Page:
Extending An Apple Branch
Gasp! Is privacy-first Apple finally starting to realize it needs the advertising industry? According to Digiday’s Lara O’Reilly, some members of the ad industry “were struck by Apple’s newly conciliatory tone” after the consumer tech giant recently delayed its promise to restrict use of the IDFA. This change, they hope, might be the start of a cordial relationship. Or … it might indicate that Apple plans to build its own large-scale ads business, even though its iAd endeavor circa 2010 never took flight. O’Reilly notes how three ex-Apple employees speculated that Apple might be planning to rev up its search ad business and points out that Apple has 41 open roles for jobs related to advertising platforms. But Apple’s possible plans for its own ads business aside, it’s actually agreed to meet with media trade bodies, including IAB Europe, IAB Tech Lab and IAB France. Has Apple had a personality transplant? Apple’s outreach could be a response to lawmakers in the EU and United States probing for antitrust violations.
Trump’s Badvertising Decisions
President Trump’s reelection campaign, once flush with cash, has since flushed that cash down the toilet. According to The New York Times, Trump’s $200 million advantage is gone due to its spendthrifts habits, including some ill-advised advertising decisions. For instance, under former campaign manager Brad Parscale, Trump’s campaign dumped $11 million into Super Bowl ads, more than it spent on TV in battleground states. The Trump campaign also spent $1 million in ads aired in Washington, DC, which isn’t in contention – but is where Trump lives when he’s not in Florida. With Bill Stepien replacing Parscale, the campaign is reshaping some of those initiatives. Gone, for instance, is the idea of spending $3 million to have Trump’s name on a NASCAR car. The campaign also ditched TV advertising in August. The hope is that the campaign will have enough in the tank come fall.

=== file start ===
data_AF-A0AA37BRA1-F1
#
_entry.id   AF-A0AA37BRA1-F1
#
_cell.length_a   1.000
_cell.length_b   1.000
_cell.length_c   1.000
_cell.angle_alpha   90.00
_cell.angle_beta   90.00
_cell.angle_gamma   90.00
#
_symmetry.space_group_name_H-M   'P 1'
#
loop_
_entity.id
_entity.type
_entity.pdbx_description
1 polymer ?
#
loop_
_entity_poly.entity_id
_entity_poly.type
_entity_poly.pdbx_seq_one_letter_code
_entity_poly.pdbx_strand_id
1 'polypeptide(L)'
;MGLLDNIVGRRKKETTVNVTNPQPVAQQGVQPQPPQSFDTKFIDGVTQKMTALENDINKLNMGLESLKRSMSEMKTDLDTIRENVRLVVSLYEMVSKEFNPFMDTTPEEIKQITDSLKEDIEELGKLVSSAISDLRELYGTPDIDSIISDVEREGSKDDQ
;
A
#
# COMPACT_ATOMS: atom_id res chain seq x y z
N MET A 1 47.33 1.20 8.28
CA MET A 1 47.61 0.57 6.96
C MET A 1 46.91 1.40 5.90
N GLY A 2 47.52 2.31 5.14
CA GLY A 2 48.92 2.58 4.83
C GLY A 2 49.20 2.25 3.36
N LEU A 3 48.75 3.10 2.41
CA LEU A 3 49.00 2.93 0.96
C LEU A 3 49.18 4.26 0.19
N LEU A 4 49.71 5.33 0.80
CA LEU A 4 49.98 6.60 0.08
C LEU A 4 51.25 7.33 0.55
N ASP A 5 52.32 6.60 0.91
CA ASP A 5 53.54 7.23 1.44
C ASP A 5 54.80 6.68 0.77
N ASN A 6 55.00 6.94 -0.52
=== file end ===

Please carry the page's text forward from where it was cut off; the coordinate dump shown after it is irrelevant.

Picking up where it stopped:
Google’s third-party ad business will play a starring role in a major antitrust lawsuit that’s expected soon from the Department of Justice. But creating a more level playing field in the digital ad landscape won’t be as easy as forcing Google out of ad tech. As Jason Aten writes for Inc., “There’s an irony in that the biggest competitors in this space are Amazon and Facebook, so it will be interesting to see how much the government thinks it can do to level the playing field when the most logical beneficiaries have antitrust problems of their own.” Forcing a spinoff of Google Ad Manager, DV360 and other ad platform assets could be good for competition in the short term but destroy their value in the long term. “Is Google’s dominance in search and advertising a problem? Probably. An even bigger problem is trying to figure out how to separate the two without ruining both.” Read it.
But Wait, There’s More!